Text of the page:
What is Product Liability Insurance?September 12, 2019
Product Liability Insurance is an insurance coverage that is often overlooked by business owners. Oftentimes, it is even quickly brushued over by insurance agents when conducting an annual policy review. The reason for this is likely because Products and Completed Operations coverage is a line item that is often automatically included within the General Liability section of an insurance policy.
Nevertheless, for many businesses, it is one of the most important liability protections provided by their insurance policy. Businesses that receive significant foot traffic from the general public may first consider the immediate premises liability risks associated with their business operations. As such, businesses take the proper steps to keep exterior walkways and interior spaces free of hazards in order to create safe premises for the public to enjoy.
However, the potential risks do not stop there and businesses that are manufacturing or distributing tangible products have inherent liability risks associated with their operations. Product Liability Insurance coverage insures businesses for the potential of financial losses associated with their legal liability for bodily injury or property damage incurred as a result of the use of their products.
Who Needs Product Liability Insurance?
The short answer to “Who needs product liability coverage?” is most, if not all, businesses. If your business is in a service industry and doesn’t produce or sell tangible products, the Completed Operations portion of this coverage likely applies.
Product Liability is Usually Included with General Liability Insurance
The good news for businesses is that this coverage is almost always included when purchasing a General Liability (GL) policy. However, the presence of this line item on your policy is not the end of the conversation. It is important to have a more detailed conversation with your agent so you ensure that you are appropriately covered.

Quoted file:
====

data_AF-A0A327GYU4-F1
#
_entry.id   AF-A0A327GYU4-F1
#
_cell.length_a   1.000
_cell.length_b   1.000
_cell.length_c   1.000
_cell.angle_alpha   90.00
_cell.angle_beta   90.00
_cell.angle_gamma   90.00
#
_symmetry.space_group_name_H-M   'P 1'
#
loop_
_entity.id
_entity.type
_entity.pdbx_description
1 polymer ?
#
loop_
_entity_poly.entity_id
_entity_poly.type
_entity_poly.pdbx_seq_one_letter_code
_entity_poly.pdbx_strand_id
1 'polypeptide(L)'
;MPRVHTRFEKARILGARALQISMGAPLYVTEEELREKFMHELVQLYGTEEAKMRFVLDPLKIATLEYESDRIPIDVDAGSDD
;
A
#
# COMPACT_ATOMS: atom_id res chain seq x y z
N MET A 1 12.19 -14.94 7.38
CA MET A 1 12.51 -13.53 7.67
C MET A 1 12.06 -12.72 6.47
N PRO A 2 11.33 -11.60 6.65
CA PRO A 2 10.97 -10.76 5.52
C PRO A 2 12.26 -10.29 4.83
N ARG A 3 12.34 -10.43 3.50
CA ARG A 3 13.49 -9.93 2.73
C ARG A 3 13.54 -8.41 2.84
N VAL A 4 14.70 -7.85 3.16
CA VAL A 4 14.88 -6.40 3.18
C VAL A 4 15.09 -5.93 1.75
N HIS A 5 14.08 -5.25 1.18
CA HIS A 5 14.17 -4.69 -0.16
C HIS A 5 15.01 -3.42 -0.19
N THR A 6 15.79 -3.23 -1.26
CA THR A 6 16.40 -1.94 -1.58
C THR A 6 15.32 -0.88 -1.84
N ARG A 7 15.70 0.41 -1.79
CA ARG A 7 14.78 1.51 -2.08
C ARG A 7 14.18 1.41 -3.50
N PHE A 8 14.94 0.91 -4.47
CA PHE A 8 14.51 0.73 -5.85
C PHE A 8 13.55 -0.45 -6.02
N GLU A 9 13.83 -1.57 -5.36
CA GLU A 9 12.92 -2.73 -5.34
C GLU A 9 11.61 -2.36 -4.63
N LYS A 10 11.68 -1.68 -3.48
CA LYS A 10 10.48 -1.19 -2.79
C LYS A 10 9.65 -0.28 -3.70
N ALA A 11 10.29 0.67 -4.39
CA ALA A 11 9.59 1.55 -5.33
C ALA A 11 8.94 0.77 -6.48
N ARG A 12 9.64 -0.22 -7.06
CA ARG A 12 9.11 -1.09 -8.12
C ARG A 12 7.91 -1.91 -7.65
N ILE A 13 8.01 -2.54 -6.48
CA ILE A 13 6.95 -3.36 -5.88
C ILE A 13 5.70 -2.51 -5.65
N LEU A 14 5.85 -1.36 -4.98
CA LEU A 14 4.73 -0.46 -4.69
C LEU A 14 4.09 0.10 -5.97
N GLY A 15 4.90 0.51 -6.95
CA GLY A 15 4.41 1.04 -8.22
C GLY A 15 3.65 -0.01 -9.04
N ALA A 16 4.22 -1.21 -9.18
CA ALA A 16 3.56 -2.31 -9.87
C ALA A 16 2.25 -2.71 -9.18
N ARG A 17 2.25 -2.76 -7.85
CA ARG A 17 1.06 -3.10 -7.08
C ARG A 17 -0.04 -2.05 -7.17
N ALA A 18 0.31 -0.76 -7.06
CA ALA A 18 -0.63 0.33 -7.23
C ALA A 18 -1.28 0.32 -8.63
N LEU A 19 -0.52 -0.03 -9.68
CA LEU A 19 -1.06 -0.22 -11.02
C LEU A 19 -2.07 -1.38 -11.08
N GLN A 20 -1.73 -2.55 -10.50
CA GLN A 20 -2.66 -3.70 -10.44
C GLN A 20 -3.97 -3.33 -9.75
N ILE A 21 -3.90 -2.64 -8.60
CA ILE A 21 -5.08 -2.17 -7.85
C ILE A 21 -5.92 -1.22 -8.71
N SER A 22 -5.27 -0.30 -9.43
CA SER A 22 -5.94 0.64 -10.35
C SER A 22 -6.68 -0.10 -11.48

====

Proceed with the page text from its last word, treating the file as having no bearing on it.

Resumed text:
For instance, if you manufacture alcoholic beverages, there may be exclusions for liability relating to these products within an un-endorsed insurance policy. You may need to purchase an additional liquor liability endorsement or purchase an additional stand-alone Liquor Liability Insurance Policy.
You May Need Umbrella Liability Insurance Too
The second thing that you should be sure to take into consideration is how potentially hazardous your product is and how expansive your production/distribution of that product has, or will, become. In other words, what are the inherent risks associated with your product and how many people will be using it?
The reason these questions are so important is that the size and scope of your business operations will help you to determine if your basic GL limits are adequate or if you will need Umbrella Liability protection, as well.
For example, if your company is a distributor of fresh produce and the logistics of your operations stretch across state lines with products ending up in the hands of thousands of consumers, it is imperative that you purchase additional limits of insurance.